Another example of a citizen stealing from her employer happened in Birmingham, Alabama this week.
A federal grand jury in Birmingham, indicted a Guin woman in connection with embezzlement of money from her place of employment, Listerhill Credit Union today. She was also indicted on a charge of falsifying credit union records to hide the theft of $239,000, federal authorities announced.
An indictment filed in U.S. District Court charges April Mayfield McLemore, 30, who was employed at the Winfield branch of Listerhill Credit Union in Marion County, with embezzling from the credit union from May 2006 to May 2011, according to a statement from law enforcement.
McLemore, the indictment charges, made false entries in the credit union’s computer records on March 24, 2011, to cover her embezzlement from officers and auditors of the credit union. In a joint statement from U.S. Attorney Joyce White Vance and FBI Special Agent in Charge Patrick J. Maley, the indictment seeks to have McLemore forfeit $239,000 to the government as proceeds of illegal activity.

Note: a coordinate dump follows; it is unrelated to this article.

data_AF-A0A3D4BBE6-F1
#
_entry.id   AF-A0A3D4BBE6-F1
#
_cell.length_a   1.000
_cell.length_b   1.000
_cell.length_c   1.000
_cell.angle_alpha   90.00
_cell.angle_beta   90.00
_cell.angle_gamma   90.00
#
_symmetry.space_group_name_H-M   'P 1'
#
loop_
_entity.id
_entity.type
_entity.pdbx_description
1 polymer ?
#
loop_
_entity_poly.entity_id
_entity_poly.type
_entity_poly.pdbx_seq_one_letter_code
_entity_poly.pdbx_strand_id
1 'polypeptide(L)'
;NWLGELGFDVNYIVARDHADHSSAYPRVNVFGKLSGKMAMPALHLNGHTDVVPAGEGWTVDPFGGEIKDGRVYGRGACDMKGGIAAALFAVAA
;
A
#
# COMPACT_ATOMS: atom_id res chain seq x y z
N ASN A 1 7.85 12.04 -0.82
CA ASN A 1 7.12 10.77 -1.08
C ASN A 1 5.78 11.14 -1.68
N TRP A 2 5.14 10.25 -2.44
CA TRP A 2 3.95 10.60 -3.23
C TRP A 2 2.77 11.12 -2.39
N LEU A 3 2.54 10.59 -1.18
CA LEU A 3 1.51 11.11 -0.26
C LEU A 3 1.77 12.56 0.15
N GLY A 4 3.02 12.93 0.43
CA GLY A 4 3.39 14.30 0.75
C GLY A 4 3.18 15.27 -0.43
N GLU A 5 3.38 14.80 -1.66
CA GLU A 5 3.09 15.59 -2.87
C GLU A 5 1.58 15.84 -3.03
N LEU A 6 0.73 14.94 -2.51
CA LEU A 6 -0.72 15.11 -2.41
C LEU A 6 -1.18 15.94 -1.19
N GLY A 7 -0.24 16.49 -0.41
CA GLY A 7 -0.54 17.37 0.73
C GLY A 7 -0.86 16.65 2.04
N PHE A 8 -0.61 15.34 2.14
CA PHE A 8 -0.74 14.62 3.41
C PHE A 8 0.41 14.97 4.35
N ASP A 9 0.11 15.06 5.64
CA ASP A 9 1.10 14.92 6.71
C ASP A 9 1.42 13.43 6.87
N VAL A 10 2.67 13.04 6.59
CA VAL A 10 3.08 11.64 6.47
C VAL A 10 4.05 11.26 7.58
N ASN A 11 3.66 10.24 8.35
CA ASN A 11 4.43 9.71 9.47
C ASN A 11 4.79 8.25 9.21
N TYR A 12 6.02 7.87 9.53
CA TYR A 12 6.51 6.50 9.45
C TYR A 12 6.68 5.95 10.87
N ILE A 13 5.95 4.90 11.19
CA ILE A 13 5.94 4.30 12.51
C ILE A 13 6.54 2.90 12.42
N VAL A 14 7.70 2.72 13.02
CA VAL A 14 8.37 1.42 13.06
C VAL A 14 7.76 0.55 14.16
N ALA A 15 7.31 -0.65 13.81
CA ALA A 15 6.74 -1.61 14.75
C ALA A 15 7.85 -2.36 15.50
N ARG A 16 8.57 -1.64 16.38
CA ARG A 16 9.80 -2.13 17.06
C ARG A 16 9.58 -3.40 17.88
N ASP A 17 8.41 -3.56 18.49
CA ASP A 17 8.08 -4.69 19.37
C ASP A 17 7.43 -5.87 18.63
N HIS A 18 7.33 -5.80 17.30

Embezzlement is a crime that involves the unlawful conversion of property by someone who has been entrusted with it. The offender generally has some type of relationship to the victim, such as an employee, a fiduciary, a bank or a government official. A key element of the crime, is that the offender had lawful possession of the property at the time the conversion occurred. If he did not, he is not guilty of embezzlement, but some other type of theft crime. Embezzlement is generally graded as a felony or misdemeanor depending on the value of the property embezzled.
If convicted, McLemore would face a maximum sentence of 30 years in prison and a $1 million fine.
The FBI investigated the case and Assistant U.S. Attorneys David H. Estes and Michelle Abroms Levin are prosecuting the case.
The public is to be reminded that an indictment contains only charges. A defendant is presumed innocent of the charges, and it will be the government’s burden to prove a defendant’s guilt beyond a reasonable doubt at trial.